Acura Radiators

Written by Jeremy Horelick
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Acura radiators, like most Acura replacement parts, don't come cheap. One of the reasons Acura has built such an excellent reputation among discerning drivers is by using precision parts in their assembly plants, and precision parts simply cost more than their generic counterparts. So, while you may have to shell out more money for a new TSX or RSX, you can expect to pay even more to keep it running smoothly.

One place where auto-savvy owners can save a few bucks is on used parts, provided they know where to find them, what to look for, and how to install them. It's one thing to replace a cracked radiator cap on one's own. It's something else altogether to replace an entire radiator, especially on a high-performance car such as an Acura.

Buying Used Acura Radiators

The first thing to know when shopping around for used Acura radiators is that price is just as important as quality. Consider a replacement radiator that runs 50 to 100 bucks; how much more would it cost you to purchase a brand new factory-installed radiator instead? Moreover, consider the value you place on your time. Does saving 100 bucks but wasting four or five hours to do so really constitute a smart tradeoff?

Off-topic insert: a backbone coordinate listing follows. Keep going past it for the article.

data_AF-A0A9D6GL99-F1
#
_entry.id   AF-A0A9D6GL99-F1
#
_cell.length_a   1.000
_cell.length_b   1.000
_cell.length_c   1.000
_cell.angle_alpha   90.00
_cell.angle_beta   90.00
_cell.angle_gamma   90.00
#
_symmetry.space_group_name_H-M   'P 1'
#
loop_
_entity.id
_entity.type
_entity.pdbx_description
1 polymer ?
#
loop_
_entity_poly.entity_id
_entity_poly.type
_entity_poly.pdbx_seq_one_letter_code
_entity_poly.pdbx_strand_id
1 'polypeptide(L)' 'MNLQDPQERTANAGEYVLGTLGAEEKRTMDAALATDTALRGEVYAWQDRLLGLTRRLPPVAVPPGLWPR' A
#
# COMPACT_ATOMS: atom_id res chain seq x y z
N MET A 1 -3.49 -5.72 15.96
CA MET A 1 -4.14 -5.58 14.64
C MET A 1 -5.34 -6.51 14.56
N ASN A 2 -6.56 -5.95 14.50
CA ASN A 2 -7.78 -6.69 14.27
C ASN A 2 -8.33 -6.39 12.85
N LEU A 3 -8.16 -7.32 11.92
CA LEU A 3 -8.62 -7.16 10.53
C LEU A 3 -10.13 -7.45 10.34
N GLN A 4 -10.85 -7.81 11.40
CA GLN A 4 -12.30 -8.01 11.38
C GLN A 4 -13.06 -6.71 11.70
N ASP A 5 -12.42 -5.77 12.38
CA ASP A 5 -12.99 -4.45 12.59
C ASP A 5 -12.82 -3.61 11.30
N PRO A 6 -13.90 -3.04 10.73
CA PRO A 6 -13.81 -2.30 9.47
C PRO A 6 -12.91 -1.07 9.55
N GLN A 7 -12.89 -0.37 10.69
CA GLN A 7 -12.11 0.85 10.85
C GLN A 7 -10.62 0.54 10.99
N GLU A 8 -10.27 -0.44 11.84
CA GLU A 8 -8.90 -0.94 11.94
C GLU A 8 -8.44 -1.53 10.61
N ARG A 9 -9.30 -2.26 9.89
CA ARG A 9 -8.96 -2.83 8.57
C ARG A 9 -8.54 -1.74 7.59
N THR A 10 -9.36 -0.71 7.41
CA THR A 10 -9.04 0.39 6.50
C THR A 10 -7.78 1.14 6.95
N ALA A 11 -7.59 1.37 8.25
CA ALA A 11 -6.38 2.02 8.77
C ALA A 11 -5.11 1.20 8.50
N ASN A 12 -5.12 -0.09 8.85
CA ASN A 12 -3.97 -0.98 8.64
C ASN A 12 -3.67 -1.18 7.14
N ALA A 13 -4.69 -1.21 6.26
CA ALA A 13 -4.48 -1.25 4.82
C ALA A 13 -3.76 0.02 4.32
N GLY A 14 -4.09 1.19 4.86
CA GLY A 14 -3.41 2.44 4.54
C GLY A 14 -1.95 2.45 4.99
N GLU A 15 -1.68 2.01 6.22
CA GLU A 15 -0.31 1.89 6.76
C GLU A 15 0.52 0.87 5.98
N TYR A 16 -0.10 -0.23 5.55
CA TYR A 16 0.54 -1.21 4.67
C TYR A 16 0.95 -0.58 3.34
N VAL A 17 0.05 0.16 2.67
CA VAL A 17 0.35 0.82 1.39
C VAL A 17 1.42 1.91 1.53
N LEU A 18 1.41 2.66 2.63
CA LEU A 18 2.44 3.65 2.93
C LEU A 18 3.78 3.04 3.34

A used Acura radiator shouldn't run you more than 25 or 30 bucks unless it's in pristine condition, and that's a judgment most novice car mechanics cannot make. In addition to inspecting its outer condition, which includes the radiator's brackets and mounts, a prospective buyer must also examine the inside. Failing to check the cores and tanks for signs of wear and corrosion can be a huge oversight, and one that leads to further problems (and eventually repairs).

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